Al Kennedy: "I do care about everything I write, but dealing with a hugely loved character and 50 years of world-building – that felt different. Different in the sense of being horrifying and wonderful."
Adam Rogers: "The shared universe represents something rare in Hollywood: a new idea. It evolved from the narrative techniques not of auteur or blockbuster films but of comic books and TV, and porting that model over isn’t easy. It needs different kinds of writers and directors and a different way of looking at the structure of storytelling itself. Marvel prototyped the process; Lucasfilm is trying to industrialize it."
Katharine Trendacosta: "Whatever question you had after seeing the original movie? The shows answered them. Who built the Stargates? Why are there so many symbols on them? The evil alien pretending to be Ra, where did he come from? Are there other planets out there?"
James Whitbrook: "When a franchise is around for four decades, it can get impossibly unwieldy to try and grasp its lore — and Star Wars canon is no exception. Here's a guide to the origins of Star Wars Canon, the rise and fall of one of the most prominent Expanded Universes in fiction, and where the saga stands with Disney today."
Esther Inglis-Arkell: "Worldbuilding is a major challenge for science fiction creators -- building a plausible world from scratch involves thinking about lots of variables. But sometimes, to imagine the future, the best way is to look to the past. Classic literature can help you build a world more believably alien than anything you've yet imagined."
Michael Cavna: "Disney is thinking so far beyond sequels — first with its Marvel Cinematic Universe, next with its Star Wars galaxies — that it is now fully, successfully engaging viewers across interlocking narratives. Each time a film like “Civil War” can land with audiences — building upon and/or introducing a dozen key characters — the universe can move not just linearly, but also multilaterally."
Chuck Wendig: "[...] I wanted to take a look at the film for some of the storytelling lessons it offers — in this case, not negative lessons (of which you could find some, I’m sure), but rather, positive takeaways that might wet your mind whistle when it comes to thinking about your story or other stories or, I dunno, delicious enchiladas."
ABC Radio: "Fans have long had a role in influencing and in some cases helping to shape the works of popular culture they adore. But when they get restless in the modern age, they now have the resources to take a piece of fiction and make it their own. Some content producers find that assertive approach threatening. But others, particularly in the gaming sector, have begun to embrace it."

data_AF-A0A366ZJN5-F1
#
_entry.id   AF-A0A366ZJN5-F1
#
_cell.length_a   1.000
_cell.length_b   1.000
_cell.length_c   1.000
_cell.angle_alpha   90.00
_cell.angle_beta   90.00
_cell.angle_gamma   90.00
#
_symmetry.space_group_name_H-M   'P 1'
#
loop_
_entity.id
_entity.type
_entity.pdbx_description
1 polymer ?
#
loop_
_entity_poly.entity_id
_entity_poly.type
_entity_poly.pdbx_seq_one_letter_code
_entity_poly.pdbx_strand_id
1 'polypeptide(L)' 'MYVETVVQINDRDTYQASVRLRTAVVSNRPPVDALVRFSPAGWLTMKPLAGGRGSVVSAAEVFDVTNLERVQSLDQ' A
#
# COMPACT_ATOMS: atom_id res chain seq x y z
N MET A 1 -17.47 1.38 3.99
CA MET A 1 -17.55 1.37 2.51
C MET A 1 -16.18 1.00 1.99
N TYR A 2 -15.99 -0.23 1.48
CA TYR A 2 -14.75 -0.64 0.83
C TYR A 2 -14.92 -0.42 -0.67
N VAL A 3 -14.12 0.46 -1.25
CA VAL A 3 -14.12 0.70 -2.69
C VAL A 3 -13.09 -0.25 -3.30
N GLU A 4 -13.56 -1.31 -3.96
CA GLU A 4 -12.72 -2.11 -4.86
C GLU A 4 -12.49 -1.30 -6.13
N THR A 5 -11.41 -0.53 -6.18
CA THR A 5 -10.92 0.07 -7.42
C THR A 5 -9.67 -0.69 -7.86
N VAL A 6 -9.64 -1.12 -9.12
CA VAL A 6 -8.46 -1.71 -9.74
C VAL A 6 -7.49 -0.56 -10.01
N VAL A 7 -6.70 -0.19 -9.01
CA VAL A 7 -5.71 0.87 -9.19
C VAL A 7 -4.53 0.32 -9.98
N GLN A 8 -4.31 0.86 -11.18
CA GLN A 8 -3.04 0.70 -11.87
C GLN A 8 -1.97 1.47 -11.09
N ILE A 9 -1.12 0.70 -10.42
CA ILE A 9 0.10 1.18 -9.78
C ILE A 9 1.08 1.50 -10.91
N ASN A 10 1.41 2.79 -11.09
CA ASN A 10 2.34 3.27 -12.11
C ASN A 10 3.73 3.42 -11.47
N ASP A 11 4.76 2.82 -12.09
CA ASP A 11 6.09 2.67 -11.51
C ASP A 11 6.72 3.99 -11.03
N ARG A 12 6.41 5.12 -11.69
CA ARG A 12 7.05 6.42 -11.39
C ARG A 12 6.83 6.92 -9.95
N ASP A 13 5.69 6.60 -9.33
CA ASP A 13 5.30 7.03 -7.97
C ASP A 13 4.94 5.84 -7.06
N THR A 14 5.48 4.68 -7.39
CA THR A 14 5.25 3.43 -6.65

Anne Zeiser: "Just as Disney and Lucasfilm have orchestrated it, you must go see Star Wars: The Force Awakens to untangle all of its mysteries. But in the meantime, you can scour Star Wars-themed products on grocery shelves and retail stores to look for more clues."
Adam Rosenberg: "Like many of the stories coming out in the run-up to The Force Awakens, Uprising exists in a strange place. There's 20 years of history separating Return of the Jedi from the December film, which is a lot of time for any one piece of fiction to cover."
Charlie Jane Anders: "Worldbuilding is the bedrock of science fiction and fantasy. We obsess about it constantly, because characters and plots are often only as compelling as the worlds they inhabit. We've decried bad worldbuilding before -- but what makes worldbuilding great?"
Lauren Davis: "Earlier this month, Harry Potter creator J.K. Rowling released a short piece of prose that offered a quick look at Harry Potter and his Hogwarts classmates as adults. The response indicated that fans are still hungry for stories of the wizarding world—and perhaps it's time for someone other than Rowling to give it to them."
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